Women and business partnership – the good, the bad and the synergy

Women and business partnership – the good, the bad and the synergy

Women and business partnership – the good, the bad and the synergy

Team sports prepare boys for the corporate business model. Girls, however, usually play closely with one or two friends. What a great preparation for an entrepreneurial partnership! So it’s fitting that, as women continue to start businesses in record numbers, many are finding partnership a convenient format. In fact, the business partnership works for women coming from a wide range of backgrounds and experiences, including those tired of hitting the corporate glass ceiling, stay-at-home moms, and women who want to turn their passions and social connections into business ideas.

A partnership brings a wide variety of benefits, including a sense of connectedness and someone to cover when you go on holiday. On the other hand, many partnerships end in crisis and conflict. To avoid partnership failure, your partnership must possess the following seven components of a positive partnership.

Shared values. Partners need a sense of shared standards regarding what is desirable, undesirable, good, and bad. These values ​​will guide the partners’ actions, judgments and choices. Values, which often carry significant emotion, can range from valuing family, prosperity, ambition, work ethic, or political beliefs. In addition to helping partners make compatible decisions, shared values ​​serve to keep partners united.

Different (complementary) skills and traits. Successful partners will possess different (complementary) skills and traits. The wider the range of partners’ skills, the clearer their division of labor (and power) can be. It may be easy to distinguish the marketing person from the technical person in the business, but other necessary variables are often not so easy to consider. Michael Gerber’s classic book The E-Myth explains that a business owner must play three roles: Entrepreneur – the creative visionary; Manager, the administrator who brings planning, order and predictability; and Technician – the craftsman. Partnerships have a distinct advantage in that two or more invested people are available to fulfill the three necessary roles.

A sense of justice. Equity occurs when the rewards of a relationship are proportional to what each party perceives as their contribution. Strangers and casual acquaintances maintain fairness by keeping track of the benefits they exchange. However, in long-term and more committed relationships it is not healthy to follow. Instead, a sense of justice must be created. The feeling of unfairness (I give more than I get) has a huge impact on the partnership.

Let’s grow together. From the moment we are born until the day we die, we are in the process of growing and changing. Partners and their partnerships are constantly going through this process of change. However, we are often not aware of the changes we are experiencing. And sometimes change is seen as a threat to the status quo. Successful partners embrace change and growth, knowing that this attitude benefits both their individual and shared professional identities.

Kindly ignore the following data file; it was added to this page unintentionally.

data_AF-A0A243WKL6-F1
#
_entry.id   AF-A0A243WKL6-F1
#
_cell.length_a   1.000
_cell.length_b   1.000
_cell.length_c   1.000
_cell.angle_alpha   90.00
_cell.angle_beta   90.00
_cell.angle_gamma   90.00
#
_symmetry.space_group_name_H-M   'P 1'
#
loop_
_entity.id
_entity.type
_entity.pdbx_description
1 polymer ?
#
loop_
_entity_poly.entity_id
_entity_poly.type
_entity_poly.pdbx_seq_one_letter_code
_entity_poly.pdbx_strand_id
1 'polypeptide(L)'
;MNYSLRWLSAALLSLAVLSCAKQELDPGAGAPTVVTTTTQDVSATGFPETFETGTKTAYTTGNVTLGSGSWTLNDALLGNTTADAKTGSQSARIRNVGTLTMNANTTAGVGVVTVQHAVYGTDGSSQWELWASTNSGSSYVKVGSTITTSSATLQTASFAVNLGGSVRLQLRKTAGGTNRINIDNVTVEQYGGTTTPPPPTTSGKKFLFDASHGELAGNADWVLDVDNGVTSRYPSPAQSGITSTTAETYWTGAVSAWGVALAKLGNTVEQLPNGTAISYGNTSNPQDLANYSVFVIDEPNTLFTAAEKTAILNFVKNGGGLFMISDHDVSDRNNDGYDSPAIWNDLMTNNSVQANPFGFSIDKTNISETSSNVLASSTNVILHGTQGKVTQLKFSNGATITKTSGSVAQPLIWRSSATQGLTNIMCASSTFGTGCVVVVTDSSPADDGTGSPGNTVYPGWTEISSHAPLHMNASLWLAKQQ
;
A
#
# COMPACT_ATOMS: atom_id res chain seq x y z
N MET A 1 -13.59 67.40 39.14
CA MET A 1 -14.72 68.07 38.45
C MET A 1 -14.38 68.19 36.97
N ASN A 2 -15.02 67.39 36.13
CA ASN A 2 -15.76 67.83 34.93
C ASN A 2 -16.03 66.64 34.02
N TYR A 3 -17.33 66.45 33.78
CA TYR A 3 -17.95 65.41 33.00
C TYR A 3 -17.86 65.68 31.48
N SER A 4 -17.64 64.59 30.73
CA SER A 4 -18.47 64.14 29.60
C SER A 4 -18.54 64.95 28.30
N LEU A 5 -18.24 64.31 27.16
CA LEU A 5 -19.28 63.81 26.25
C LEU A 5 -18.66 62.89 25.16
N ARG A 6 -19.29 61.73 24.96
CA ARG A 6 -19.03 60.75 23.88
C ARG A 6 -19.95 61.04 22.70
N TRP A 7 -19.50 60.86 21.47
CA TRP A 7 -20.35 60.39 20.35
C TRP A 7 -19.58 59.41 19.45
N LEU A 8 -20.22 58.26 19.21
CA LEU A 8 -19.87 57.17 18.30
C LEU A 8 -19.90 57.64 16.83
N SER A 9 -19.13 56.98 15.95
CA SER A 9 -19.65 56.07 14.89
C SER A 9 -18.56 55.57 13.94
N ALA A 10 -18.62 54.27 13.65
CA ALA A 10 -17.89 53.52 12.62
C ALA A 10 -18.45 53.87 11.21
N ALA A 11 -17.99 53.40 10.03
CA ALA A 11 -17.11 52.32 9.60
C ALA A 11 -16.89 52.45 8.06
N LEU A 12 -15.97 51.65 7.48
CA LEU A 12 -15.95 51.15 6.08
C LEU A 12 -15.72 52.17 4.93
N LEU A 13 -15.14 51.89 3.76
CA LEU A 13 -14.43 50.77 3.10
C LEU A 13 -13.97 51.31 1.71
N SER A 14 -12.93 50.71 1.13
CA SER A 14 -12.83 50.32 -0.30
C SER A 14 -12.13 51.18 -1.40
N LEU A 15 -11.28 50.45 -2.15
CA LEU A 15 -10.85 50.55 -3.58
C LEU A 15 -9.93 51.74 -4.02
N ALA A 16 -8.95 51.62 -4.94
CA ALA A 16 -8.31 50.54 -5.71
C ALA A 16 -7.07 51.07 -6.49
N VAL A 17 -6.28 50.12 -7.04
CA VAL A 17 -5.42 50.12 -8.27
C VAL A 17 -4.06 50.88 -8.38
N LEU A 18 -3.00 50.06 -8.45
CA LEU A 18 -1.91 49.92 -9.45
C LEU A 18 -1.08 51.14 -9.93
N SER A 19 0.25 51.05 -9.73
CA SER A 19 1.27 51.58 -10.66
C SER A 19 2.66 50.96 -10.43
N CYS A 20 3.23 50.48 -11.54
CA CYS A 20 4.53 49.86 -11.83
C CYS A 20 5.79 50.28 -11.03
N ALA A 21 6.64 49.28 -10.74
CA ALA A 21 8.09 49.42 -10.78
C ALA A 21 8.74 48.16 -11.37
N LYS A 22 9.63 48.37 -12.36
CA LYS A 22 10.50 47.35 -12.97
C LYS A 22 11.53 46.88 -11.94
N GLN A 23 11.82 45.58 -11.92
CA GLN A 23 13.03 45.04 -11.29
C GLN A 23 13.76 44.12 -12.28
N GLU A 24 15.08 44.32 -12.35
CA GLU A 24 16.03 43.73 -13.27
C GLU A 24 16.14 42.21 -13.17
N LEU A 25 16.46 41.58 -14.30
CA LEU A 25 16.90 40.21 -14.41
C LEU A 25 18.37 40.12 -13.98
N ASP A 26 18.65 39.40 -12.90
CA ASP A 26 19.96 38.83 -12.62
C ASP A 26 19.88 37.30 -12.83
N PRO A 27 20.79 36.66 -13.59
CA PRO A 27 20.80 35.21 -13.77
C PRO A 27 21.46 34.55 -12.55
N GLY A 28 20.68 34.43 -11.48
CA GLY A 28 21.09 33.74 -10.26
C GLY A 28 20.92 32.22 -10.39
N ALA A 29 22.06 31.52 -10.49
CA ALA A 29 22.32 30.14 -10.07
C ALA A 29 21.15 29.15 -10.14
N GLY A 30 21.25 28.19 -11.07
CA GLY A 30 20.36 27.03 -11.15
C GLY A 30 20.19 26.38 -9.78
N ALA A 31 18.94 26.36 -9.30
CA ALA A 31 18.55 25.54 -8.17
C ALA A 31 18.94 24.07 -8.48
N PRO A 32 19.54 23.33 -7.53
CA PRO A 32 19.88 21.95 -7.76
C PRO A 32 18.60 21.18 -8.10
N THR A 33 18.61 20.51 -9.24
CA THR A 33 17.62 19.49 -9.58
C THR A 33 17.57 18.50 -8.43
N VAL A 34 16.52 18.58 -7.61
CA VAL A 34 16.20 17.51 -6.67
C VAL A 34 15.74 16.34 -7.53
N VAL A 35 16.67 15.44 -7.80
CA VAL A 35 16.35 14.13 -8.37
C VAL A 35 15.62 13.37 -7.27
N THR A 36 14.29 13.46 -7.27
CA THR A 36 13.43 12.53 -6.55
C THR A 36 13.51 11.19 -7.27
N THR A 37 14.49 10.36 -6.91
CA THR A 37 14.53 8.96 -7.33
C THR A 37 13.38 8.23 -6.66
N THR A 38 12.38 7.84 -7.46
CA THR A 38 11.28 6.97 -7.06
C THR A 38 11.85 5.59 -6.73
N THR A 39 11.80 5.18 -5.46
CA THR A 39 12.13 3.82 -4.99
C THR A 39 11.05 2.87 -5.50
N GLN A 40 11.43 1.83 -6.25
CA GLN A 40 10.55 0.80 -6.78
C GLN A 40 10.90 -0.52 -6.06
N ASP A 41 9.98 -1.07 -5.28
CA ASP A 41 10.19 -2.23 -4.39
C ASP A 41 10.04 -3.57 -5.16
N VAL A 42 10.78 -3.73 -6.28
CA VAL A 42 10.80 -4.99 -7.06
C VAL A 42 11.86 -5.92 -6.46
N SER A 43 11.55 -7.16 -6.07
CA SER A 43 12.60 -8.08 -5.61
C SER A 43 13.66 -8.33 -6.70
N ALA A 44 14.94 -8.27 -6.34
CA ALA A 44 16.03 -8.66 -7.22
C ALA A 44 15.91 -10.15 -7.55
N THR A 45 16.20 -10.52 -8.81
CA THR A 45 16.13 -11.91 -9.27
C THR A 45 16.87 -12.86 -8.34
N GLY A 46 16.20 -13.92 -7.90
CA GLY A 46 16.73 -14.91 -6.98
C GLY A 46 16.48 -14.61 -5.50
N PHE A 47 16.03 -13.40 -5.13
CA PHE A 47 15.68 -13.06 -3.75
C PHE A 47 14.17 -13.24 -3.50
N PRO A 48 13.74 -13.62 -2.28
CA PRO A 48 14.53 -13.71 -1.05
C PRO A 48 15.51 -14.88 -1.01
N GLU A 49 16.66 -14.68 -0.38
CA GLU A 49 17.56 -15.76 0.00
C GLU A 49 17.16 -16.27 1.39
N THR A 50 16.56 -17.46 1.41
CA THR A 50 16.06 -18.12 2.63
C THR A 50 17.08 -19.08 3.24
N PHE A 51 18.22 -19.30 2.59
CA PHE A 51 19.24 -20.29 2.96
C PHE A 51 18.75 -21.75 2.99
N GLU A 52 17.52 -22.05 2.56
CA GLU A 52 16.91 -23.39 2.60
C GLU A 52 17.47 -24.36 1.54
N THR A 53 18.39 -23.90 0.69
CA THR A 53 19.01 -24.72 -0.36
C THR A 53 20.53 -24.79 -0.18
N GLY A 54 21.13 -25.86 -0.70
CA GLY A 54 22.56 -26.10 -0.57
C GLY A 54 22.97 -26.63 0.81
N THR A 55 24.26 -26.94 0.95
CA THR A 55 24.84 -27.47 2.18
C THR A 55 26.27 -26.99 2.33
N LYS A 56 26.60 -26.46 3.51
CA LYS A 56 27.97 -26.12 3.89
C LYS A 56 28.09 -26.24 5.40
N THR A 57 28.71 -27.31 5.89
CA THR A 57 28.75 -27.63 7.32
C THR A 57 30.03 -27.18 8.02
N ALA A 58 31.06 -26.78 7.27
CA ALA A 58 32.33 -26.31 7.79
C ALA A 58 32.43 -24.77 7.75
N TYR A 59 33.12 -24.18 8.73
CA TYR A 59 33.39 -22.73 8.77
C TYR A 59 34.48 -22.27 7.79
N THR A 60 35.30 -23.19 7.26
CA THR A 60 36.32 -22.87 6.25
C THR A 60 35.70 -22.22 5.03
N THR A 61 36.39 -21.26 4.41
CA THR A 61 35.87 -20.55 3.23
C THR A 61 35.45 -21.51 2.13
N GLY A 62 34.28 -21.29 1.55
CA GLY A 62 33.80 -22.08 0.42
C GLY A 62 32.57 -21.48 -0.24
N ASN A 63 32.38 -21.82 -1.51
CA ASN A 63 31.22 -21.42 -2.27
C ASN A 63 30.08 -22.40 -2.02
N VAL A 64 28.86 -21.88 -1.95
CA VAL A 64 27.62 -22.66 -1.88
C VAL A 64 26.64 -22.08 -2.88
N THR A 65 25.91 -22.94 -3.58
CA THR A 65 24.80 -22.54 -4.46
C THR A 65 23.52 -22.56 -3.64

Proactive conflict management strategies. Competing and avoiding are not effective conflict management strategies for partnership. Instead, successful partners will use proactive and strategic conflict management approaches such as accommodation, compromise, and cooperation to resolve their differences.

A shared vision. Partners need a shared vision or plan for the future. Vision is what defines and expresses where an organization wants to go and how it intends to get there. A shared vision allows partners to focus on their goals and the methods they will use to achieve those goals. When partners have different visions, they become discouraged, overwhelmed and disconnected. Creating and effectively capitalizing on a shared vision requires four tasks: creating the initial vision, translating that vision into the necessary physical actions, articulating and selling the vision to others, and sticking to the essence of the vision when reality changes plans.

Exit strategy. It has been said that a graceful exit is evidence of a successful venture. Without an exit strategy in place, partners may be faced with making critical decisions at a time when they were least balanced. An exit strategy is a shared sense of when and how an alliance will end and should be included as an end point in a business plan. However, while planning for the end may be a critical aspect of owning a business, it is also one of the most overlooked. Exits are easy to avoid when the issue is not pressing and raising the issue could sour the deal or suggest a lack of trust. Four questions should be considered when considering an exit plan: what events might trigger the end of the partnership; how the business will ultimately be valued; which future ownership options are acceptable; and what post-merger covenants and restrictions, such as non-competition clauses, should be included.

When you enter into a partnership that is strong in these seven components, you have the potential to create synergy and reap incredible benefits. True synergy occurs when two (or more) people work together to create results that would be unachievable individually. In a synergistic partnership, 2+2>4 and the whole is greater than the sum of its parts.

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